Two dimensional laser diode array

A two dimensional laser diode array is disclosed for use in optical data storage consisting of rows and columns of individual lasers diodes, each one having a separate collimating lens. The array is imaged down onto an optical recording medium which is moving relative to the image of the array in order to generate scanning. The diodes in the array are staggered in the direction perpendicular to the scanning direction to achieve an apparent spacing lower than the actual spacing.

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In order to record high data rates in optical data storage, multi-channel recording can be used. The existing multi-channel (also known as multi-spot) systems use a laser diode array in which many laser diodes are assembled on a common substrate and their output collected by a single collimating lens. Due to the limited field coverage of high numerical apperature lenses, these arrays can only cover a small width which limits the number of laser diodes which can be used or requires spacings too small to be practical. The current invention overcomes this limitation by combining a large number of discrete laser diodes, each one with its own collimating lens.


In accordance with the present invention, an optical system is provided which utilizes a two dimensional array of discrete laser diodes to record information on the surface of a light sensitive recording medium. Each laser diode has its own collimating lens thus the overall dimension of the array is not limited to the field of view of any lens. This array is imaged onto the recording medium through the scanning lens. Since the distance between the individual laser diodes is large, the apparent distance between the array and scan lens has to be large. For mechanical packaging reasons this distance can be significantly reduced by using a reverse telescope between the array and the scan lens. The distance will be divided by a number equal to the power of the telescope.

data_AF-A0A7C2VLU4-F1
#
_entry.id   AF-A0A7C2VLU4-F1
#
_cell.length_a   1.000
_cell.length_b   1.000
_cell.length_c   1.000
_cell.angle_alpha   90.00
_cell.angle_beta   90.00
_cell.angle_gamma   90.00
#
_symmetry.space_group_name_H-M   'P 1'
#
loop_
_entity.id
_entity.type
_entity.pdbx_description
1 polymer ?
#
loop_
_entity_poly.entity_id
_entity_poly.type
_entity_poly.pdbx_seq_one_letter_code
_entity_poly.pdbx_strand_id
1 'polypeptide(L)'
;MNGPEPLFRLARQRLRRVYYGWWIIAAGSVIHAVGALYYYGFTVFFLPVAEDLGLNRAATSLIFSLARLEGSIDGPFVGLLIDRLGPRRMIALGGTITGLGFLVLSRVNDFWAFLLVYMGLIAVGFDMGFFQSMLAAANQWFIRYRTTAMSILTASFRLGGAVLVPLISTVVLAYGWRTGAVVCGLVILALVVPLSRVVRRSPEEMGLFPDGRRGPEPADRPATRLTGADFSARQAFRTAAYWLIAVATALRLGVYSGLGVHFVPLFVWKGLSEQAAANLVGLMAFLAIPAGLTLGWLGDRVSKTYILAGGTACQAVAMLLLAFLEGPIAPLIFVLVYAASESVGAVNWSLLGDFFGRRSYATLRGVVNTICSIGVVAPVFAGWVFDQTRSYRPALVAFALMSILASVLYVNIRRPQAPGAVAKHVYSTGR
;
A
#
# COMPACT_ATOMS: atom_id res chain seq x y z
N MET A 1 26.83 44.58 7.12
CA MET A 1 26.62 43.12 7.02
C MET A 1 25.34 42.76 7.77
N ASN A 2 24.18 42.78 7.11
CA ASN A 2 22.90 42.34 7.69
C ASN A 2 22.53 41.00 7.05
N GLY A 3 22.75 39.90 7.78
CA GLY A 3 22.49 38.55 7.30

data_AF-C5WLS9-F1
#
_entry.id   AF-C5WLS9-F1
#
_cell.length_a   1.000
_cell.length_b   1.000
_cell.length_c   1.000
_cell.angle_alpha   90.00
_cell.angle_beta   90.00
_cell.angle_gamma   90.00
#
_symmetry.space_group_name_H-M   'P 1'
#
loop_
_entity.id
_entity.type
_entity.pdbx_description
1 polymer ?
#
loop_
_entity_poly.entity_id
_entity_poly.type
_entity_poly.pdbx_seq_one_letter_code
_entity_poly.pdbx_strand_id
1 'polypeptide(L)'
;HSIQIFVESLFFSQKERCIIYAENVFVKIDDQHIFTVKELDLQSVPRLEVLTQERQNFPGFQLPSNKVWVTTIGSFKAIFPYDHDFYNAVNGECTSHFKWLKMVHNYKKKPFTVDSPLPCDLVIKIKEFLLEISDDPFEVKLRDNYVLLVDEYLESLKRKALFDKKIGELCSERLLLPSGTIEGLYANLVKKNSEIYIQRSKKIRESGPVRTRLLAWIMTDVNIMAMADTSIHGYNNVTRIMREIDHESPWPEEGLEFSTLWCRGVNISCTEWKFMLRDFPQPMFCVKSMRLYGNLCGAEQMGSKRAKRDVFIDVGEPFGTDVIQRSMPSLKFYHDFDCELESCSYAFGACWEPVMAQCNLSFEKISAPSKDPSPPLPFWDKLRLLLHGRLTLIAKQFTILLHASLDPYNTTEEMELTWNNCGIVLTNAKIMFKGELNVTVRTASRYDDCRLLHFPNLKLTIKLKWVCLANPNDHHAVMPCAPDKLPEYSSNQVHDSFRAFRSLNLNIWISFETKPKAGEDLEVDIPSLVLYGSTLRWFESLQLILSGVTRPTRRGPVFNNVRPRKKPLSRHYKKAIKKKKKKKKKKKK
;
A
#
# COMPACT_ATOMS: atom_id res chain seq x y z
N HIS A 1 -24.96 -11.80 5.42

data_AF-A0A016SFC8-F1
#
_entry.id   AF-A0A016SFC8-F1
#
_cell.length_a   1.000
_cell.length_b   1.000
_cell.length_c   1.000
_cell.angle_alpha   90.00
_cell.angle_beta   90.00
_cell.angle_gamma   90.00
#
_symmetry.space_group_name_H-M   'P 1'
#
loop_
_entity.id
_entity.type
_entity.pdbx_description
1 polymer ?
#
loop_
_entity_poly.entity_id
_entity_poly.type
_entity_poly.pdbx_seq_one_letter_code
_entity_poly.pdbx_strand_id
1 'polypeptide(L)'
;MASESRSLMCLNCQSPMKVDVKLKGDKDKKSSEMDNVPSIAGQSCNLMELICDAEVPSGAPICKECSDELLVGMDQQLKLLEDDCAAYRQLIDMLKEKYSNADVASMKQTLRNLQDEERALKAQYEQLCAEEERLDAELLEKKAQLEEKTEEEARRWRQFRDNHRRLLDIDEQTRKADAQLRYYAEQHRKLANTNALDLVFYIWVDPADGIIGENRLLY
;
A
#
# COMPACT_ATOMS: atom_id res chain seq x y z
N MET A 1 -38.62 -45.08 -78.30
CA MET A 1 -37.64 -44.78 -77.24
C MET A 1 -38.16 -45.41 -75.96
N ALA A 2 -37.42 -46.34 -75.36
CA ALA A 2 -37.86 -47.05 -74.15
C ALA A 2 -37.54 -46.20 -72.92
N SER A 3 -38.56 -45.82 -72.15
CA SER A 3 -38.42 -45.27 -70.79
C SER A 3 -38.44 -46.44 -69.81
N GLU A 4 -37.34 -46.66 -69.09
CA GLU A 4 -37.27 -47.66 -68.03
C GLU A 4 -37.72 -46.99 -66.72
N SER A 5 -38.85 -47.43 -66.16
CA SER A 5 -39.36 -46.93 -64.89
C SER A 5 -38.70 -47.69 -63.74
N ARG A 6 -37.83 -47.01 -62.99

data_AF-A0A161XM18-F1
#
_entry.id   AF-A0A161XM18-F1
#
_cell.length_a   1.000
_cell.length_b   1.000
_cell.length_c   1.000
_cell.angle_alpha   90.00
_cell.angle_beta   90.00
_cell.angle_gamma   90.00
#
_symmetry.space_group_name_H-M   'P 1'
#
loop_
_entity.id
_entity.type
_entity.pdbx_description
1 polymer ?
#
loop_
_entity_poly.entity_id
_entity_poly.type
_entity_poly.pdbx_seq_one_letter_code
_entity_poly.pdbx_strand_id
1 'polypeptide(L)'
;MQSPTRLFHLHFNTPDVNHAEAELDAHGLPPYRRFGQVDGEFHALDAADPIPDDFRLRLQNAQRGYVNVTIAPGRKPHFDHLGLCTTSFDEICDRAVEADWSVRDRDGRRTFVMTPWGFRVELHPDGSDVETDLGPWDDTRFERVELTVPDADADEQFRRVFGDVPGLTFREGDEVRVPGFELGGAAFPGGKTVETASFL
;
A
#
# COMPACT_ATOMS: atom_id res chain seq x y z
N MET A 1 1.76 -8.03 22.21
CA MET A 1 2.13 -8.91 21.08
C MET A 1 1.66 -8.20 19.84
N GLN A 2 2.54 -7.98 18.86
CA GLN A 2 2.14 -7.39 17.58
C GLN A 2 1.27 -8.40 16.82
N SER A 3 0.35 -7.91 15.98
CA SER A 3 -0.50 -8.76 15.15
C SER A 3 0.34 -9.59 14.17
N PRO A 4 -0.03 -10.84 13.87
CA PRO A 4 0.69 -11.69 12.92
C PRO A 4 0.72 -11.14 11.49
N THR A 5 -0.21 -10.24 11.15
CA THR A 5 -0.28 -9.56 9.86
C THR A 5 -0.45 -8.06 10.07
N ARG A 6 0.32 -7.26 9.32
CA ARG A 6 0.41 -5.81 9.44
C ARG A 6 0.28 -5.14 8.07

To further reduce the distance from the array to the scan lens, the laser diodes have to appear closer than their mechanical separation. To achieve that the diodes are arranged in a staggered two dimensional array where each row is staggered by d/n in the row direction, where d=the distance between columns, n=number of rows. This enables the array to be placed n times closer to the scan lens.


In the drawings:

FIG. 1 shows the method of imaging the array onto the recording medium

FIG. 2 illustrates the two dimensional staggered arrangement of laser diodes in the array

FIG. 3 is a cross section of the array showing the laser diodes and their collimating lenses.


In FIG. 1 an array 1 consisting of plurality of laser diodes 2 arranged in a two dimensional array of n rows by m columns (illustratively 3.times.3). In order to image this array down at the correct size onto recording medium 6, three positive lenses 3,4 and 5 are used with focal lengths of f.sub.1, f.sub.2 and f.sub.3 respectively. The array itself is shown in FIG. 2. The m columns have a horizontal spacing of d and the n rows have approximately the same spacing. In order to write continuously the recording medium 6 has to move relative to scan lens 5. This direction of movement will be referred to as the scan direction. The apparatus spacing between the laser diodes 2 in FIG. 2 is d/n in the scan direction. By way of example, referring to FIG. 2, the first row of diodes appears at a distance d from each other when viewed from the scan direction. The second row is offset by an amount of d/3 when viewed from the scan direction and the third row is offset 2d/3 when viewed from the scan direction. Thus the diodes appear at a spacing of d/3 when viewed from the scan direction.